You may not love or even like your body right now. But for now, how can you show it a basic level of respect? Here are some examples:

  • Nourishing it regularly with food that you enjoy
  • Wearing clothes that fit you and that don’t pinch
  • Taking your medications
  • Having regular medical and dental check ups
  • Move your body in a way that feels comfortable
  • Allow it adequate sleep and rest

5) Notice how diet culture is deeply ingrained in our society

Diet culture is everywhere. It teaches us that we’re not good enough as we are. That we have to live a life of constant monitoring, controlling our bodies, restricting ourselves, and over exercising. It’s not until we open our eyes to this messaging, that we can start to shut it out. Here are some examples of messages that promote negative body image that we are often not aware of:

  • The consistent diet advertisements – on Spotify, in the gym, in the doctors surgery, on the train, tube or bus, on TV.
  • The casual use of fat phobic language – jokes around the dinner table, in the office, on TV and in films.
  • The general assumption that larger people are lazy, lacking in will-power, incompetent, unclean and undisciplined.
  • The lack of body diversity in the media.
  • Public health campaigns that shout about the “obesity epidemic” and place blame on those people in larger bodies being a “burden” on the NHS. These indirectly stigmatise larger bodies and indirectly contribute to appearance-based bullying.
  • The way we talk about food – good/bad/healthy/unhealthy/guilty/indulgent/clean

This work is hard so don’t expect to master is overnight. Consider how many months or years you have you been trying to change or manipulate your body? It’s normal for this work to take some time and it particularly difficult to embrace in a society that’s telling you otherwise. If you’re struggling with your body image it’s important that you seek support from a qualified professional who can point you in the right direction.

Am I addicted to sugar?

Am I addicted to sugar?


Am I addicted to sugar?

KATHERINE KIMBER, Registered Dietitian

1st May 2019

I am often asked by clients whether sugar addiction is a real thing and if so, whether they should go cold turkey to quit. 

Quitting seems logical solution, given that it is often the advice for someone with drug and alcohol addiction. In this article I am going to break down what sugar addiction is, why you crave sugar and some tips to overcome feeling like you have a sugar addiction.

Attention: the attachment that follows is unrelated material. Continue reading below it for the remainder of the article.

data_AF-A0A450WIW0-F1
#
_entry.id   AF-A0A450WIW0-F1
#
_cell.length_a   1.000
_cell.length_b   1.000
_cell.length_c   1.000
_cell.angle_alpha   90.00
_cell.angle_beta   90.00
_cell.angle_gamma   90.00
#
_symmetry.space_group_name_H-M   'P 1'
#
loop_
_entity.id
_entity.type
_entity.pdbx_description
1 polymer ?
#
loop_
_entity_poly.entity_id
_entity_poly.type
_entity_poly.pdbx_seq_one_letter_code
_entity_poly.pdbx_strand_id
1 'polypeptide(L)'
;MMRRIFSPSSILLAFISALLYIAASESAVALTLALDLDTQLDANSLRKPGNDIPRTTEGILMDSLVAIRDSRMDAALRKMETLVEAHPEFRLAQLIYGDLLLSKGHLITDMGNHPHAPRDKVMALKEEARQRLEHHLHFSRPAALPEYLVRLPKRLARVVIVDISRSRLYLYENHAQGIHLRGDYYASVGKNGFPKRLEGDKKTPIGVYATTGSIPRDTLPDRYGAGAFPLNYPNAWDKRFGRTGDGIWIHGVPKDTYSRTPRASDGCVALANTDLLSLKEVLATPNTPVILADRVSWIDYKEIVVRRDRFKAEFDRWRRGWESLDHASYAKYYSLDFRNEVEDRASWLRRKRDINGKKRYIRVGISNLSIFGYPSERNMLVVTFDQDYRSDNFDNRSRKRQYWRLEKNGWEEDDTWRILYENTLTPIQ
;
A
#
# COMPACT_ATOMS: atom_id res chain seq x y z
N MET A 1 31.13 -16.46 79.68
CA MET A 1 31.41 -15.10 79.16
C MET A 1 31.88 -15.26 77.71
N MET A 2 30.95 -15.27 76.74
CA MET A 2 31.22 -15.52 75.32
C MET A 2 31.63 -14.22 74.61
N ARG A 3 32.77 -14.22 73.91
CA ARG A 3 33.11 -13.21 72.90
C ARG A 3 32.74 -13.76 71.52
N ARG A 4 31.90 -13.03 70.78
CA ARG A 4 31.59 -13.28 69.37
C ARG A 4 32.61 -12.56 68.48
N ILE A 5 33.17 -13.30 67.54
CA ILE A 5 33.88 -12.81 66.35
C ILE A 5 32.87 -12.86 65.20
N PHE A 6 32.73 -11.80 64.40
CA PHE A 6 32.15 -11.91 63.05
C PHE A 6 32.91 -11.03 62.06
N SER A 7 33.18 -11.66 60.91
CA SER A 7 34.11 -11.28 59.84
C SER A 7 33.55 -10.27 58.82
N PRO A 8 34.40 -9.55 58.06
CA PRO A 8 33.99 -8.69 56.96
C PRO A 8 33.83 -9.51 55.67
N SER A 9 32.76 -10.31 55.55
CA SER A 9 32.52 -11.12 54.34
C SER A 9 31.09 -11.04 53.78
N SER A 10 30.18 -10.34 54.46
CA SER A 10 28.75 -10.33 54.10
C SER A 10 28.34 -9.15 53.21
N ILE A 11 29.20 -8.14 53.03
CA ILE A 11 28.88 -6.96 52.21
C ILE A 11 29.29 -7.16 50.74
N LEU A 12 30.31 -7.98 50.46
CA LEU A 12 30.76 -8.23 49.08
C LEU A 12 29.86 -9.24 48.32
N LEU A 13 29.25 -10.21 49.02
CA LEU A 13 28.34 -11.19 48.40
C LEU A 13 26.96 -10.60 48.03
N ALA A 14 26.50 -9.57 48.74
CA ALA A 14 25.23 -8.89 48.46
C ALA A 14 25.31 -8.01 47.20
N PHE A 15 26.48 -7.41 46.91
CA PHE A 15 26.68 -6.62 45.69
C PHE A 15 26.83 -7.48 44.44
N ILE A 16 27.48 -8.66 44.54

Firstly, what is addiction?

This is a complex question because the definition of addiction is controversial.

In short, you can have two categories of addiction:

  1. A substance addiction such as drugs, alcohol or tobacco
  2. A non-substance behavioural addiction such as gambling

It has been suggested that some foods with “addictive agents”, such as salt, fat and sugar, could result in people showing the same symptoms as someone with a drug addiction. There has even been media reports suggesting that sugar addiction is a thing, and that it’s as addictive as heroin and cocaine. But the reality is that there are not many studies that have examined sugar addiction specifically in humans – the studies that do exist have been carried out in rodents. 

Sugar addiction – is it the same as being addicted to drugs?

Chances are that you have already googled this. After reading a ton of contradictory information, you may think sugar addiction and drug addiction manifest the same symptoms.

Well let’s look at it in detail.   

If we were to go by the Diagnostic and Statistical Manual of Mental Disorders, Fifth Edition (DSM-5), it diagnoses a Substance Use Disorder (substances such as tobacco, alcohol, drugs) based on 11 symptoms. These can be grouped into four categories:

  • Impaired control: symptoms relate to cravings and a strong desire to use the drug or failed attempts of cutting back on drug use.
  • Social issues: symptoms relate to situations where the person’s work, home and social life is disrupted due to continued drug use.
  • Risky use: symptoms relate to a person’s continued use of the drug despite the known negative consequences.
  • Drug physiological effects: symptoms of tolerance (the body requires more of the drug to produce the same effect) and withdrawal (the body shows withdrawal symptoms when the drug is no longer in the body and a tolerance has developed

So could some of those symptoms occur with a “sugar addiction”? After reading this, you may think so!

For example:

  • Do I have cravings and a strong desire to eat sugary foods? Yes!
  • Have I repeatedly attempted to cut back or “quit” sugar? Yes!
  • Do I feel so “out of control” with food that I’m not in the mood to attend social events? Yes!

But let’s pause for a second. For a substance use disorder diagnosis, the symptoms need to cause “significant impairment or distress”.

And anyone who is experiencing significant distress such as this related to eating patterns, is more than likely going to be diagnosed with an overall eating disorder, which is very different to suggesting that someone is addicted to sugar in the same way that someone is addicted to drugs.